We do try to take a vacation each summer, and we try to make our vacation something where intentional learning will take place.  This year, we went to Yellowstone National Park.  It was a very fun time, and on top of having an enjoyable trip, we were able to effortlessly turn it into a lesson about volcanoes and wildlife.

Learning can happen anywhere, especially if we are intentional. This is true year round, but the summer seems to have so much extra to offer.

So, if you’ve ever thought about summer schooling, I want to encourage you that it is really not scary.  In fact, it has been quite a blessing for my children and for me.  The schooling time can be quite formal or quite relaxed—whatever works for your family dynamic.  It’s really just about turning the fun activities of summer into intentional times of learning.

Do you school throughout the summer?  What does your family do?

Top photo credit: wsh1266

About Beth Corcoran

I am the mother of four children (wait- make that six as of recently!)—two girls and two boys, ages 7, 6, 5, and 2 ½. While not homeschooling or chauffeuring the kids to their activities, I enjoy all kinds of craft projects and learning how to be a better steward of all that the Lord has given me. My blog is Stewardship Not Convenience.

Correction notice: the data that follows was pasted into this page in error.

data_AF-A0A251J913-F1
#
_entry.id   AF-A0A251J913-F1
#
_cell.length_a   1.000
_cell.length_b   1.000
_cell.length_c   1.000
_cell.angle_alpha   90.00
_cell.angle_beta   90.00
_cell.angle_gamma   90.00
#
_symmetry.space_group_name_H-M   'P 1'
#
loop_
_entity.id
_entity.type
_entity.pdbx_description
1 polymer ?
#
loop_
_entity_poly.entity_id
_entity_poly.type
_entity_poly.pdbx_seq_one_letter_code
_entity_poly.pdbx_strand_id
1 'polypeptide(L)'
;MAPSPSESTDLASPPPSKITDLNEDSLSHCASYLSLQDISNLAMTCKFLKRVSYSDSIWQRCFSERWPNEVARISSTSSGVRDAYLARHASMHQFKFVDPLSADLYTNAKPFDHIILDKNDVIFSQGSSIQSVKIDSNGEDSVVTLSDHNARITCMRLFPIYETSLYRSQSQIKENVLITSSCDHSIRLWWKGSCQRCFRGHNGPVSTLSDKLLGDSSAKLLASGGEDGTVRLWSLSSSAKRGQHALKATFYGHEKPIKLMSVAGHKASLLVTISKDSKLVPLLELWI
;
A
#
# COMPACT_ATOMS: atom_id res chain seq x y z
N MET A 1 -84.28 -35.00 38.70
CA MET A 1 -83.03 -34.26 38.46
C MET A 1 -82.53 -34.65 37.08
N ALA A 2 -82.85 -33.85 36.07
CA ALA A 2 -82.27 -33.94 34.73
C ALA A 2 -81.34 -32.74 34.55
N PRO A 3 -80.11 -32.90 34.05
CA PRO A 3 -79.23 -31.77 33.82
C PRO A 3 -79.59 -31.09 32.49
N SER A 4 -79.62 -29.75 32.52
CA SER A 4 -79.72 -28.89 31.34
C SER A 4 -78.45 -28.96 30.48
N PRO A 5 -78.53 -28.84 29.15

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Comments

  1. We school year round and it offers us the flexibility to travel the country visiting family or taking vacations in the off season. We wouldn’t change it for anything.

  2. Thank you for sharing how you spend summers with your family. I am new to homeschooling but have a teaching background. I also was brought to thinking about why summer breaks were created and realized that children used to use that time to help their families in the harvest or planting. So it made me think about all the children this summer who were complaining of being bored with nothing to do because they were supposed to be on summer “vacation” from school. So I created a schedule for myself and my children where we would keep the time schedule of the school year (meaning going to bed as usual and getting up as usual) but adding purpose and fun learning to each day. No more “lazy days of summer” for us. I created a chart of the daily schedule like I would in a my classroom and my children love knowing that there is a rhythm to our day. When we forget, we check the chart to see what we should be doing. We do learning of things my children are interested in and do our trips to the library. Of course, I made the schedule flexible because we are still doing swim class, basketball at the park district, and vacation time out of town. I love it. I also incorporate chores, gardening, and cooking so they understand that all that counts as learning too. As we begin to transition into a homeschooling family, I love the idea of teaching them year round but taking breaks when needed. I’m very excited. Thanks again for this article.